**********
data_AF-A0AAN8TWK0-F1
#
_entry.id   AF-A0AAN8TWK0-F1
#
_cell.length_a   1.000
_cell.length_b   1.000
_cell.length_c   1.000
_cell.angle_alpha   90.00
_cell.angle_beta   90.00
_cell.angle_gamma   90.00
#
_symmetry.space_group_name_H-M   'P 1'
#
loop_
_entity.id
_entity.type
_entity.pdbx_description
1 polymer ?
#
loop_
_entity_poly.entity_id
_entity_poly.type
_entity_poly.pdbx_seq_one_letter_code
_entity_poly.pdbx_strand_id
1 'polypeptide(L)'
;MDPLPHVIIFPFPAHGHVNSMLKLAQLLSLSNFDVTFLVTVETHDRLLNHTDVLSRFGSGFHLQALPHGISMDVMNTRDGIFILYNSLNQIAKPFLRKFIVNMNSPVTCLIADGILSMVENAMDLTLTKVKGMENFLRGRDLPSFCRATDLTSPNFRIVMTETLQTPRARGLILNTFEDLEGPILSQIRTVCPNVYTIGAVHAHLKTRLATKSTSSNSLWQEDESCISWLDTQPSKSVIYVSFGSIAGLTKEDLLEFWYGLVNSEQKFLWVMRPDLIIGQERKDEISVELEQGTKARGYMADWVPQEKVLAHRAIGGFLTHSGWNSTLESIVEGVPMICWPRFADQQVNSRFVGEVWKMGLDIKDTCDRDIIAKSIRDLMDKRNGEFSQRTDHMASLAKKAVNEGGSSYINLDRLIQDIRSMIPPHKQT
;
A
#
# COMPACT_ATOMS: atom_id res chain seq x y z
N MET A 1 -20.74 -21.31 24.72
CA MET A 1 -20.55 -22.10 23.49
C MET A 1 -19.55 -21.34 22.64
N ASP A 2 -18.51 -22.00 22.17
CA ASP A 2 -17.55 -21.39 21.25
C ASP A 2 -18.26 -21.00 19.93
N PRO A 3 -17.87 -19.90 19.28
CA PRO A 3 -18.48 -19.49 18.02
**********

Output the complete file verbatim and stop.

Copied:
data_AF-A0AAN8TWK0-F1
#
_entry.id   AF-A0AAN8TWK0-F1
#
_cell.length_a   1.000
_cell.length_b   1.000
_cell.length_c   1.000
_cell.angle_alpha   90.00
_cell.angle_beta   90.00
_cell.angle_gamma   90.00
#
_symmetry.space_group_name_H-M   'P 1'
#
loop_
_entity.id
_entity.type
_entity.pdbx_description
1 polymer ?
#
loop_
_entity_poly.entity_id
_entity_poly.type
_entity_poly.pdbx_seq_one_letter_code
_entity_poly.pdbx_strand_id
1 'polypeptide(L)'
;MDPLPHVIIFPFPAHGHVNSMLKLAQLLSLSNFDVTFLVTVETHDRLLNHTDVLSRFGSGFHLQALPHGISMDVMNTRDGIFILYNSLNQIAKPFLRKFIVNMNSPVTCLIADGILSMVENAMDLTLTKVKGMENFLRGRDLPSFCRATDLTSPNFRIVMTETLQTPRARGLILNTFEDLEGPILSQIRTVCPNVYTIGAVHAHLKTRLATKSTSSNSLWQEDESCISWLDTQPSKSVIYVSFGSIAGLTKEDLLEFWYGLVNSEQKFLWVMRPDLIIGQERKDEISVELEQGTKARGYMADWVPQEKVLAHRAIGGFLTHSGWNSTLESIVEGVPMICWPRFADQQVNSRFVGEVWKMGLDIKDTCDRDIIAKSIRDLMDKRNGEFSQRTDHMASLAKKAVNEGGSSYINLDRLIQDIRSMIPPHKQT
;
A
#
# COMPACT_ATOMS: atom_id res chain seq x y z
N MET A 1 -20.74 -21.31 24.72
CA MET A 1 -20.55 -22.10 23.49
C MET A 1 -19.55 -21.34 22.64
N ASP A 2 -18.51 -22.00 22.17
CA ASP A 2 -17.55 -21.39 21.25
C ASP A 2 -18.26 -21.00 19.93
N PRO A 3 -17.87 -19.90 19.28
CA PRO A 3 -18.48 -19.49 18.02